In 2021, the Bank of Finland participated actively in in the development of financial market regulation. It promoted domestic financial stability particularly by measures targeted at curbing excessive debt accumulation.

Financial stability policy refers to measures targeted at promoting the stability and functioning of the financial system.

Financial stability policy includes the preparation and development of macroprudential policy, i.e. measures monitoring extensively the entire financial system, and exercising influence on financial market regulation.

Macroprudential policy curbed excessive indebtedness

Macroprudential policy contributed to supporting the operation of the banking sector. On the back of the regulatory changes already implemented, the banks were equipped with strong capital buffers and a solid liquidity position on the outbreak of the COVID-19 pandemic. The larger capital buffers and the possibility to use them improved banks’ resilience to the weaker economic outlook and enabled them to continue lending to businesses and households.

The Bank of Finland participates actively in macroprudential policy preparation by delivering opinions on macroprudential decisions, analysing the operational environment, assessing policy impacts and the impacts of decisions, and by participating in the development of macroprudential policy.

In Finland, decisions on macroprudential measures are taken by the Board of the Financial Supervisory Authority (FIN-FSA), chaired by Bank of Finland Deputy Governor Marja Nykänen.

In 2021, the FIN-FSA Board decided quarterly on the level of the countercyclical capital buffer (CCyB) and kept the rate at 0%.

In its opinion, the Bank of Finland supported the decisions as, despite the rapid increase in housing finance, there were no signs of an overheating in the credit market. The other additional capital requirements for credit institutions were also left unchanged.

The housing market recovered rapidly from the shock caused by the COVID-19 pandemic. New-mortgage borrowers’ total debt relative to income continued to increase in 2021, which further highlighted the importance of curbing household debt accumulation.

As a result, the FIN-FSA Board restored the maximum loan-to-collateral ratio (LTC), i.e. the loan cap, to the pre-pandemic level. The loan cap for residential mortgage loans other than first-home loans was lowered by five percentage points, to 85%. As a result, the maximum amount of residential mortgage loans granted to other than first-home buyers is 85% of collateral and 95% in the case of first-home buyers.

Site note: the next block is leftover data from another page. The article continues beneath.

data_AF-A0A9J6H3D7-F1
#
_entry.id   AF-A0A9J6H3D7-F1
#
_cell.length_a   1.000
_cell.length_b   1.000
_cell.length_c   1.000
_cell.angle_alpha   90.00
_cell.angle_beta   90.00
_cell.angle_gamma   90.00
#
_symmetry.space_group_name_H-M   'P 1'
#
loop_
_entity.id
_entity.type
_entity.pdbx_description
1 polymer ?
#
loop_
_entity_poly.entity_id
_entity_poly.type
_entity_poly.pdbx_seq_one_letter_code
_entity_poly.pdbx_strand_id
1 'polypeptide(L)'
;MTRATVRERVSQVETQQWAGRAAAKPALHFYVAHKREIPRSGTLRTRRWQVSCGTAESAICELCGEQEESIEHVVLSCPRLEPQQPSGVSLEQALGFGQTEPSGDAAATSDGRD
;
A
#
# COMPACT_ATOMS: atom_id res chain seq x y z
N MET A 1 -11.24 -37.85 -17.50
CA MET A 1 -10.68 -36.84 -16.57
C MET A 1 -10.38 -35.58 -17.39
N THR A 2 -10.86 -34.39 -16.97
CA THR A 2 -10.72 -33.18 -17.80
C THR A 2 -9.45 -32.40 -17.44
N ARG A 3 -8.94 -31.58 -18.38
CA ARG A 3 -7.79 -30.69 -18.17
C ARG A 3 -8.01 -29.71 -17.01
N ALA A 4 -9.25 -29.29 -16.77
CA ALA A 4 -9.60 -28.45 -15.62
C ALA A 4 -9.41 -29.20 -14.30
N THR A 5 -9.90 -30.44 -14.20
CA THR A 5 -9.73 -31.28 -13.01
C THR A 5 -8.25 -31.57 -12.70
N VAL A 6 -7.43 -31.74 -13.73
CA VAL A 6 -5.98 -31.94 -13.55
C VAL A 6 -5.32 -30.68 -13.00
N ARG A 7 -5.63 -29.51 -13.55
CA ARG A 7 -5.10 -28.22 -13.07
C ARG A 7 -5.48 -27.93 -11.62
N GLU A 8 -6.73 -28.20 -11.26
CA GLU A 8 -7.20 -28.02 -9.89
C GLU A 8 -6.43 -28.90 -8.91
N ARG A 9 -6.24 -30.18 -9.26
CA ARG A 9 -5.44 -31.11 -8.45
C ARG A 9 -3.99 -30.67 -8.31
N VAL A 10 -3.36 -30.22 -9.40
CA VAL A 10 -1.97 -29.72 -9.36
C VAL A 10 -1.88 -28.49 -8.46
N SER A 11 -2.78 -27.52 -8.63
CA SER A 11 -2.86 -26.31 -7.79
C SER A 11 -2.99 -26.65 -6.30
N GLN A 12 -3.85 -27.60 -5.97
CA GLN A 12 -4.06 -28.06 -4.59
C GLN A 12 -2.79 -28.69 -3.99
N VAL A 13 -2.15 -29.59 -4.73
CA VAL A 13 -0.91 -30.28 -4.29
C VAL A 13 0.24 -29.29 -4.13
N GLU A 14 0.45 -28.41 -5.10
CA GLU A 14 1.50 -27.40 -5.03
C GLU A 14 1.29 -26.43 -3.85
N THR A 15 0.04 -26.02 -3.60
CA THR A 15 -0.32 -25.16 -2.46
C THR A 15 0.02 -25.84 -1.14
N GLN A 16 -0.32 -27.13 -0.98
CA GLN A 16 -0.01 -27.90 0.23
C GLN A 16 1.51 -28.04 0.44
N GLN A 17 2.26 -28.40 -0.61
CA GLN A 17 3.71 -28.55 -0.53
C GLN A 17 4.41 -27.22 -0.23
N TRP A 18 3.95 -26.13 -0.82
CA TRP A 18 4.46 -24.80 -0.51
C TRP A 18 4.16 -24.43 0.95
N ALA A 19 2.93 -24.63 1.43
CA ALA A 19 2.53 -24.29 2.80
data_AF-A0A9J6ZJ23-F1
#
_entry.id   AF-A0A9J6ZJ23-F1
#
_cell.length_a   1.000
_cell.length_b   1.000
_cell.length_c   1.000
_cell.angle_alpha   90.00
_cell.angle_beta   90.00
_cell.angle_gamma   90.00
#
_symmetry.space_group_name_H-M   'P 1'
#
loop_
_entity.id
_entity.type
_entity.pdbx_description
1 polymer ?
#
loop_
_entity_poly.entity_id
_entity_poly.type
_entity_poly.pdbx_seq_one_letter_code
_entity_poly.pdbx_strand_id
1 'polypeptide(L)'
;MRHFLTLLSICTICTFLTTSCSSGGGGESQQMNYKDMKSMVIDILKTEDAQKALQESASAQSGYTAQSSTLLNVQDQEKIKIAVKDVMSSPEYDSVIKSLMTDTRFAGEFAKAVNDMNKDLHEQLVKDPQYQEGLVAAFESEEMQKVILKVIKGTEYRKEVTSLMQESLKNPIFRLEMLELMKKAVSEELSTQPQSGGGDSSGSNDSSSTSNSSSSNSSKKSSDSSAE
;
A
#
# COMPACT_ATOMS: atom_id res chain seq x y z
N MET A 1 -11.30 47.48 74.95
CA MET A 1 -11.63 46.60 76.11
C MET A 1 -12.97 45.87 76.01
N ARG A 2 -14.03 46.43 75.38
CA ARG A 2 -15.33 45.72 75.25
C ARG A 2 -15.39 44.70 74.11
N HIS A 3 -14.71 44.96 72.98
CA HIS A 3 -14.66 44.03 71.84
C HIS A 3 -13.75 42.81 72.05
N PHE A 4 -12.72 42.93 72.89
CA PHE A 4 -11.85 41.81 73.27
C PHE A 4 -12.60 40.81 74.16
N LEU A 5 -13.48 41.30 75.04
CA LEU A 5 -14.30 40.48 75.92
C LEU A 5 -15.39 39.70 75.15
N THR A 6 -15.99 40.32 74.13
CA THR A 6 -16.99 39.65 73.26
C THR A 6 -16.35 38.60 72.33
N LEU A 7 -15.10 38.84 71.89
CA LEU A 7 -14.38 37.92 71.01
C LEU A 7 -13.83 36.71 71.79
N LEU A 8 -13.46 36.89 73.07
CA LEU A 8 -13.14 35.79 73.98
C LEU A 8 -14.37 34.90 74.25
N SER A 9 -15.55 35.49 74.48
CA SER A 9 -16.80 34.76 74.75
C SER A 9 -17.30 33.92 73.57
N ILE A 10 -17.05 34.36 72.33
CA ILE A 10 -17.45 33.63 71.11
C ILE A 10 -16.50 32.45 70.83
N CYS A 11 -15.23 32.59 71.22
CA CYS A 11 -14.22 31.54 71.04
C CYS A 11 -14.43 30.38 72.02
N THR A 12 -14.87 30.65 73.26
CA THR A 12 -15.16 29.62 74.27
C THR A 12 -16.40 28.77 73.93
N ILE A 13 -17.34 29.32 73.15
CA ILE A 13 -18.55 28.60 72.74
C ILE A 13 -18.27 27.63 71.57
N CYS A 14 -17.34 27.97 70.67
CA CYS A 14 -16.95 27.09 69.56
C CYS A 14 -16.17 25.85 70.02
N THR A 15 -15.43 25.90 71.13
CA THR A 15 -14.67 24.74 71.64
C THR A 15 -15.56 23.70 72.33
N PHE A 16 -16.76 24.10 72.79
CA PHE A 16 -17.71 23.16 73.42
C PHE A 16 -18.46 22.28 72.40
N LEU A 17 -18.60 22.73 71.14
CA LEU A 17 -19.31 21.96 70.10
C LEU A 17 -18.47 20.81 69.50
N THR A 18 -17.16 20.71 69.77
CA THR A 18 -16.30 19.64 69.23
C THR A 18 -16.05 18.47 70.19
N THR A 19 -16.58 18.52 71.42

The Bank of Finland considered the decision to lower the maximum loan-to-collateral ratio to be justified.

The purpose of the decision that entered into force on 1 October 2021 was to respond to concerns that the high level of household indebtedness is structural.

The FIN-FSA Board urged lenders to exercise restraint in granting loans that are very large in relation to the applicant’s income and have a longer maximum repayment period than usual.

The group of credit institutions significant for the Finnish financial system (other systemically important institutions, O-SIIs) and their additional capital requirements (O-SII buffers) remained unchanged, in accordance with the FIN-FSA Board decision taken in June. The Bank of Finland considered the decision justified.

Nordic decisions entered into force

The Board of the FIN-FSA decided in 2021 to adopt the decisions on risk weights taken by the competent authorities of Sweden and Norway. The decisions apply to credit institutions registered in Finland.

Swedish Finansinspektionen decided to extend the measure that entails a 25% minimum level for the average risk weight on residential mortgage loans of credit institutions that have adopted the Internal Ratings Based Approach. In the Internal Ratings Based Approach, banks use their own credit loss parameters in the calculations of risk weights and the regulatory capital requirement.

Norway’s macroprudential authority set average risk weight floors for Norwegian residential real estate exposures (20%) and commercial real estate exposures (35%).

Work continues on the development of macroprudential regulation

The Bank of Finland has stressed for a long time now the adverse effects of excessive indebtedness on households and financial stability.

In 2021, Bank of Finland experts continued work to support the development of tools aimed at curbing excessive household indebtedness.

The Bank's experts have prepared legislative proposals on instruments curbing excessive household indebtedness, based on recommendations by the Ministry of Finance working group.

The European Commission has launched a public consultation on improving the macroprudential framework. In the EU’s reform of macroprudential regulation, the Bank of Finland supports the use of more effective macroprudential instruments. It considers that the instruments should better tackle the risks and vulnerabilities of the financial system, including the non-banking sector, and enable an equitable competitive environment for the financial sector throughout the EU.